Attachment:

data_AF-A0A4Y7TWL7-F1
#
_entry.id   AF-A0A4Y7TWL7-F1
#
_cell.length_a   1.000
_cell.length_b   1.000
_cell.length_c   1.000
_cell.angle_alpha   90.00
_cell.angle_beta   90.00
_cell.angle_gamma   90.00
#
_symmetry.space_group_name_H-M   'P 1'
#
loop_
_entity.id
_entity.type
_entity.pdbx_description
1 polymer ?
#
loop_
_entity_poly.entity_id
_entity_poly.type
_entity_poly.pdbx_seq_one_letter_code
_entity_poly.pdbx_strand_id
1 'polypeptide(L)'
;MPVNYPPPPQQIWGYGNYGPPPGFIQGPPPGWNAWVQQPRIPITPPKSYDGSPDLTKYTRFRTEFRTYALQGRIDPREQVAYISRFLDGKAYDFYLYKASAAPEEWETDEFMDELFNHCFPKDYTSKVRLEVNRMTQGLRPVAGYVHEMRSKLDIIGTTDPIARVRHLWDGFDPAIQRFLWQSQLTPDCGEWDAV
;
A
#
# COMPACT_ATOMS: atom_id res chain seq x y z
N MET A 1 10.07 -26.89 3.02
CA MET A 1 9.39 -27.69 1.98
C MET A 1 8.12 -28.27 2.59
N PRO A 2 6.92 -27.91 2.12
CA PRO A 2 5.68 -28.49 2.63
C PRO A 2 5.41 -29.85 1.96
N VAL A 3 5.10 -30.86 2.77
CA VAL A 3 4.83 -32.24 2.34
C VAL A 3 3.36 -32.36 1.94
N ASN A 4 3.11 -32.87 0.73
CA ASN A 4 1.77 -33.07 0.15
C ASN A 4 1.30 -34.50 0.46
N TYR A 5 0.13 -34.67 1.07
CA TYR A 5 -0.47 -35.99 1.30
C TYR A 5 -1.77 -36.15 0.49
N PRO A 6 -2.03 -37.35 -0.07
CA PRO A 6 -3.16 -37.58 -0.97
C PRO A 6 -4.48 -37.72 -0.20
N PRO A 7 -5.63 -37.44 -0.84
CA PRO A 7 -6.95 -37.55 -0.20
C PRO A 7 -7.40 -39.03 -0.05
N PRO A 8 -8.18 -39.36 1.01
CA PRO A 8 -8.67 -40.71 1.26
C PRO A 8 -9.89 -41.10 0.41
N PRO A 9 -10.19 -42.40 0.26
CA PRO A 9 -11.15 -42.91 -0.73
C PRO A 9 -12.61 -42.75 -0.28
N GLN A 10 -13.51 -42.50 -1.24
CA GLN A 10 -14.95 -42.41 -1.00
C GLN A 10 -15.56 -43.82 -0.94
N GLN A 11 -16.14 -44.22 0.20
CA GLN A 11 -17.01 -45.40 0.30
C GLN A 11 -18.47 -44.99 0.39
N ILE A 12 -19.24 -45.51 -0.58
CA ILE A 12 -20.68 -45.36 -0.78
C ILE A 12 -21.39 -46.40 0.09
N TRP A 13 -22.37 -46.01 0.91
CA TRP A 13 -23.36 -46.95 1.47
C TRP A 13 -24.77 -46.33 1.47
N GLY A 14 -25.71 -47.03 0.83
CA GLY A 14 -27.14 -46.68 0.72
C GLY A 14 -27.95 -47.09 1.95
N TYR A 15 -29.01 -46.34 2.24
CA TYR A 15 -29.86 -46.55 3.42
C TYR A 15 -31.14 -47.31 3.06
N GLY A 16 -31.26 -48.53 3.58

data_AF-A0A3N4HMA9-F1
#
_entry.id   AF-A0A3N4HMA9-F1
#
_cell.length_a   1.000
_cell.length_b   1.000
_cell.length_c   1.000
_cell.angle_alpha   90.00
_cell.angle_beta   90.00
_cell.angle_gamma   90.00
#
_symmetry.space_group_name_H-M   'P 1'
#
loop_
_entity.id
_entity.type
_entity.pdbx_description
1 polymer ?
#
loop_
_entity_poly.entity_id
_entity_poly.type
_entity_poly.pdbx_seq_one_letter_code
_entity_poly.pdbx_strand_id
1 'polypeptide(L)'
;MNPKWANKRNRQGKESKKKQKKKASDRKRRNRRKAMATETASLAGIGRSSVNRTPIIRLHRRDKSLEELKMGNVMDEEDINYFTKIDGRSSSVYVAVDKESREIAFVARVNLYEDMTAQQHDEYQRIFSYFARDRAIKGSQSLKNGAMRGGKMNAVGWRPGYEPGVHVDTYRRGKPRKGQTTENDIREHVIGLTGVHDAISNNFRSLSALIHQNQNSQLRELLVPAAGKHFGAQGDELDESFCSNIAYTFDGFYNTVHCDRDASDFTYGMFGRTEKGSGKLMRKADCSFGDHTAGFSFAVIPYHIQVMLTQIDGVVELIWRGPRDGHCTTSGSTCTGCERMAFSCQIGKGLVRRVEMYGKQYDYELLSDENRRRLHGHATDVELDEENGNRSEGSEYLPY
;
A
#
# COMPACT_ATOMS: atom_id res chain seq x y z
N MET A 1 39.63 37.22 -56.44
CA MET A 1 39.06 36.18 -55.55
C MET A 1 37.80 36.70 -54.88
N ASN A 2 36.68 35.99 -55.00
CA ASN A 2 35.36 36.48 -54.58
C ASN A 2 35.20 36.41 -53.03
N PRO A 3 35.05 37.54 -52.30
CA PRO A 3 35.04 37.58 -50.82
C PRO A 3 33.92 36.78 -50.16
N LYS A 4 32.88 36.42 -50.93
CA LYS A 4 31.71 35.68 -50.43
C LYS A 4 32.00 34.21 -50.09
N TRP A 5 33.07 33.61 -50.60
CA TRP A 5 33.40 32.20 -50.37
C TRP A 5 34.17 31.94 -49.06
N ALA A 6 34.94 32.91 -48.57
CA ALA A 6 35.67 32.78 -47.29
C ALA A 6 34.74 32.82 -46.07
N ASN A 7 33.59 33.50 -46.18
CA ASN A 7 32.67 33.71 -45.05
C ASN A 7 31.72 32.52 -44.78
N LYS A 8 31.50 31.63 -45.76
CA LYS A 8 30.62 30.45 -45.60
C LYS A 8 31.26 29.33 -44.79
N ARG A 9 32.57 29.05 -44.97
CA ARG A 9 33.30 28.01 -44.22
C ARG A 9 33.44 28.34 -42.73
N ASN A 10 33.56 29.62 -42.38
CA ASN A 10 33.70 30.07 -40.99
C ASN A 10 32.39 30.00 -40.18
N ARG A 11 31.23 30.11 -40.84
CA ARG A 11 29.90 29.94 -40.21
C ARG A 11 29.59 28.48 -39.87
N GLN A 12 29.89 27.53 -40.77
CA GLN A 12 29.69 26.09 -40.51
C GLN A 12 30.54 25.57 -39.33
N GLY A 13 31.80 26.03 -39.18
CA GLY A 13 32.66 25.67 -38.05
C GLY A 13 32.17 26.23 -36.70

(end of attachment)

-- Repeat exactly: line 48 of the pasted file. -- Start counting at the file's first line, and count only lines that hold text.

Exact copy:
C PRO A 6 -4.48 -37.72 -0.20